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The term Medicare for All is somewhat misleading. Proponents like Sanders and Representative Primila Jayapal aren’t really talking about offering Medicare to every American. They are instead proposing an all-encompassing plan that would fill in the gaps in existing Medicare coverage and extend coverage to Americans who are otherwise ineligible for Medicare. Their use of the word “Medicare” has more to do with the existing program’s popularity than the structure of their proposals.
Traditional Medicare does not cover a variety of services including routine dental care, long-term care, and hearing aids. In addition to filling these gaps, Medicare for All would cover the full spectrum of medically necessary services, from routine check-ups to mental healthcare. The plan would also put new limits on prescription drug prices and effectively eliminate all other out-of-pocket expenses.
Crucially and controversially, Medicare for All would eliminate the private health insurance industry within a matter of years. The timeline for such a transition is still up for debate. Sanders has proposed a four-year transition, which would have Americans progressively enroll by age group.
What Will it Cost Me?
No facet of Medicare for All (or similar proposals) has inspired more discussion than the question of payment. Facing intense pressure, Sanders recently shared a number of potential options for funding this transformation. While some members of the middle class will see tax hikes, the onus of payment will fall mostly on corporations and the wealthiest Americans.
Most fixed-income seniors on Medicare will not face any additional taxation. With debt forgiveness, new limits on drug prices, and the elimination of nearly every out-of-pocket expense, it is more likely that they will save money each year. What’s more, by eliminating the concept of “out-of-network” doctors, Medicare for All could significantly increase quality of care for everyone.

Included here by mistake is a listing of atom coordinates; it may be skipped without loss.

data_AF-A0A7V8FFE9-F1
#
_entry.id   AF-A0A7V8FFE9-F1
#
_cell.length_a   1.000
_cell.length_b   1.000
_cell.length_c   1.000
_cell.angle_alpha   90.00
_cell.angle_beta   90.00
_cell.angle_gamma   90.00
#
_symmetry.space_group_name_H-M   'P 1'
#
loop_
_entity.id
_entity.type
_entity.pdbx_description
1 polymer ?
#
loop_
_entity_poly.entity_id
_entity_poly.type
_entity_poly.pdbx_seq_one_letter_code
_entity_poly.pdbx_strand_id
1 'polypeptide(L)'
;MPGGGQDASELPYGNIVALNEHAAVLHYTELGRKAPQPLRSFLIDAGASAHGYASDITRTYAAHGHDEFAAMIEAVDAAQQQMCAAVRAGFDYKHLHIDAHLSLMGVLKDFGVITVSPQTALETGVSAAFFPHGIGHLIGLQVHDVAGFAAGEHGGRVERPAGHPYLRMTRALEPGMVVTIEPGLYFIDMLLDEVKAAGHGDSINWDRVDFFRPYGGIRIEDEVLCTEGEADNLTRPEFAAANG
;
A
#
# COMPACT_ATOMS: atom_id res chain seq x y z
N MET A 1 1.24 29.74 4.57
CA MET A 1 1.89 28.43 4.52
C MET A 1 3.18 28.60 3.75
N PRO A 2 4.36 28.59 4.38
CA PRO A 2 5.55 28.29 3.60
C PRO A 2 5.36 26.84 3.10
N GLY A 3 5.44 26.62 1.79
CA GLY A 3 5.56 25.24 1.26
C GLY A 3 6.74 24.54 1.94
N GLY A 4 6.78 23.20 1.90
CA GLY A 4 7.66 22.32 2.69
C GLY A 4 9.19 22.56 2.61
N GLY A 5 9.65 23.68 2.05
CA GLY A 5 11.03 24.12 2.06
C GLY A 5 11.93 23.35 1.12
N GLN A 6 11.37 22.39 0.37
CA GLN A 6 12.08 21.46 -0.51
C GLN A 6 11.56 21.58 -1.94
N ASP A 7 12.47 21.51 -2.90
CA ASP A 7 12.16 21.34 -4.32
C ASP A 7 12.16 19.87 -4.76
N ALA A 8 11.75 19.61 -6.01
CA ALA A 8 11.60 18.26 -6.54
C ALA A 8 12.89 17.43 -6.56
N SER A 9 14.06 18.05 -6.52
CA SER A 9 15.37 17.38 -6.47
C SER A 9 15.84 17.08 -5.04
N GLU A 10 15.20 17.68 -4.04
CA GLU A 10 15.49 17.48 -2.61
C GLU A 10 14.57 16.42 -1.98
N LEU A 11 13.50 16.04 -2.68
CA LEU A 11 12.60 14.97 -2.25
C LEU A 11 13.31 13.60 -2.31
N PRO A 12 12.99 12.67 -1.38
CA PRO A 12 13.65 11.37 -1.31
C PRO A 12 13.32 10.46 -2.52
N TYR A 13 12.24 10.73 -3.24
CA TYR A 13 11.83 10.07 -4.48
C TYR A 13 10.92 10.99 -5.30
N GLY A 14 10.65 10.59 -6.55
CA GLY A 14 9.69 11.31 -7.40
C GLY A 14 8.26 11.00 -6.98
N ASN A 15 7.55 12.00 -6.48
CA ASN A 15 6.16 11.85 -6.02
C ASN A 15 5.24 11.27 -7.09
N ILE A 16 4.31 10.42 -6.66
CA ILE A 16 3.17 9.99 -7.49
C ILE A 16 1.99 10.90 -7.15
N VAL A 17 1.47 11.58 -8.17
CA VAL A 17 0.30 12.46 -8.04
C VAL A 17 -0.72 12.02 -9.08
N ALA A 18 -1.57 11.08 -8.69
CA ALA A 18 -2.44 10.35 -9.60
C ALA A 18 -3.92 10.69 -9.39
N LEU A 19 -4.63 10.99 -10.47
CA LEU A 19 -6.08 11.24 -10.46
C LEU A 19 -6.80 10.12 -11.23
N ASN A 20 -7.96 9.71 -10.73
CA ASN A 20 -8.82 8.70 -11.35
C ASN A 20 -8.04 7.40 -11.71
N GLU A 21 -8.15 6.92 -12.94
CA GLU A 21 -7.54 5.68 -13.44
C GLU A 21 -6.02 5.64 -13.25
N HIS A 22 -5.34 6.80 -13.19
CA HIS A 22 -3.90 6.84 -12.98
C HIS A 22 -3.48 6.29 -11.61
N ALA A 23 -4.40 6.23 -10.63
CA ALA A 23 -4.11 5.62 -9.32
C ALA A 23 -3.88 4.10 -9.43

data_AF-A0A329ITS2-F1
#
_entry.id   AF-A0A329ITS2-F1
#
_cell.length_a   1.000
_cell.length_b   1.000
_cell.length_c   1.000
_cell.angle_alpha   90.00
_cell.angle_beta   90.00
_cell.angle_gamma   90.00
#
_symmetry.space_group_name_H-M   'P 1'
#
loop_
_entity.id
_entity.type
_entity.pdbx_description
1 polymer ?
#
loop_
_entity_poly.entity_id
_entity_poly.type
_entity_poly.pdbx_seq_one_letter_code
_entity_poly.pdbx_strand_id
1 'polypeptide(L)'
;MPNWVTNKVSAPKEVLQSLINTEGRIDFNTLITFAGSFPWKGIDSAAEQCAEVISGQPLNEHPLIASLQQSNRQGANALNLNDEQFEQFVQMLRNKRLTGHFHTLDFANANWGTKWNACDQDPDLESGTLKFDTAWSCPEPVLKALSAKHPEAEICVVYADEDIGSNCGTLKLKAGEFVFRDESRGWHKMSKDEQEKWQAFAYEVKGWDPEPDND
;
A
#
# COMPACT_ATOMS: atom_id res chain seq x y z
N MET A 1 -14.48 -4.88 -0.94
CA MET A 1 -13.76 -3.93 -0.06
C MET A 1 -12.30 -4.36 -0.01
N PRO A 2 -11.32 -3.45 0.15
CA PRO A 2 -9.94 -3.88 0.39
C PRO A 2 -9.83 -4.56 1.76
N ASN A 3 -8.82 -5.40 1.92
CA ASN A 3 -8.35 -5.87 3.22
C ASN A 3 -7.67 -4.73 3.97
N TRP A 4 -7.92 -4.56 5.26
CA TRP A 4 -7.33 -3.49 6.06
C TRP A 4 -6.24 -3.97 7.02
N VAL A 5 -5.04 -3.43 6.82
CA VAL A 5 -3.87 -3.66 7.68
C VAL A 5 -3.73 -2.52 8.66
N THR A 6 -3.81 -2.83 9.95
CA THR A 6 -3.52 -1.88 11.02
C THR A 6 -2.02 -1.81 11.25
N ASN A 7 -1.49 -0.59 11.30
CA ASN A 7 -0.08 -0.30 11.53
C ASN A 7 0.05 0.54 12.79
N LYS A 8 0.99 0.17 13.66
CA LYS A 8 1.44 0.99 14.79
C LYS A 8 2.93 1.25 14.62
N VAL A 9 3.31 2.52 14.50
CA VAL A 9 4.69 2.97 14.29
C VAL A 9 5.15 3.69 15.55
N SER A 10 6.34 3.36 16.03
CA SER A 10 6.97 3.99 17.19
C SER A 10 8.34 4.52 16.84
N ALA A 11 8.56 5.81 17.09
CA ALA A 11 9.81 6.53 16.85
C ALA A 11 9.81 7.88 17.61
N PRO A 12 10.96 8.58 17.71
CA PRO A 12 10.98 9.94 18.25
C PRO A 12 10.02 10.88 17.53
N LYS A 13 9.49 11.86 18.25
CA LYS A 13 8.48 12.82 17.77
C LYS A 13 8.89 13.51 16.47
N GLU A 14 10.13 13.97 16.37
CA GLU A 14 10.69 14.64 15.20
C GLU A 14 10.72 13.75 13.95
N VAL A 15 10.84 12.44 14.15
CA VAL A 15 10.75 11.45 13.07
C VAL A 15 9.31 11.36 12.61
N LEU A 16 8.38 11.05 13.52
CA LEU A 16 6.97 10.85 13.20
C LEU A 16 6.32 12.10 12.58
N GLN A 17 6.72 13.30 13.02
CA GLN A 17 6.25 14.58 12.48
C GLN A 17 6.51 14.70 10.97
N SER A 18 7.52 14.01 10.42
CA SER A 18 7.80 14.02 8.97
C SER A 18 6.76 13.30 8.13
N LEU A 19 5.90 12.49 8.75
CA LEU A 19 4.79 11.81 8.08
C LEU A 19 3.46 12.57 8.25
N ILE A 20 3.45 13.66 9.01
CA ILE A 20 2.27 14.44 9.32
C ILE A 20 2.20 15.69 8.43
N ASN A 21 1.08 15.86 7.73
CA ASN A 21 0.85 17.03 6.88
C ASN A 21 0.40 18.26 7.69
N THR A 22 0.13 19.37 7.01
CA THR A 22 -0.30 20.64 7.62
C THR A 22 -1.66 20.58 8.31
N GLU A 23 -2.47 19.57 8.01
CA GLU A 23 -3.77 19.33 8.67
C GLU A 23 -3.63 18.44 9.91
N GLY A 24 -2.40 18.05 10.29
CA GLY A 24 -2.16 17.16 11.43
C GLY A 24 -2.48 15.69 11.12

Will it Actually Happen?
Alan Weil, editor-in-chief of Health Affairs, suggests Medicare for All (or something like it) will eventually become a reality, but he’s not confident that this will happen anytime soon. This shouldn’t surprise anyone who has taken part in the political discourse recently. It’s not just Republicans calling the plan’s viability into question, but more moderate Democrats as well. The race for the Democratic nomination has, at times, resembled a single-issue argument. With Sanders and Biden now head-to-head, the issue promises to remain central.
Even if Sanders beats Biden and Trump, the path toward Medicare for All would be both steep and winding. Democrats would need to retake the Senate and the bill itself would face scrutiny in a divided Congress. From there, the government would have to cooperate with the private sector to eliminate and replace private insurance. Weil predicts “elements of pressure” (such as public outrage) will eventually force the government to intervene and reform the health insurance industry. “Once you have a consolidated, regulated industry,” he remarks, “it’s not that different than single-payer.”
Whether you think Medicare for All is a moral necessity or pie in the sky, seniors can count on several more months of debates before they head to the polls.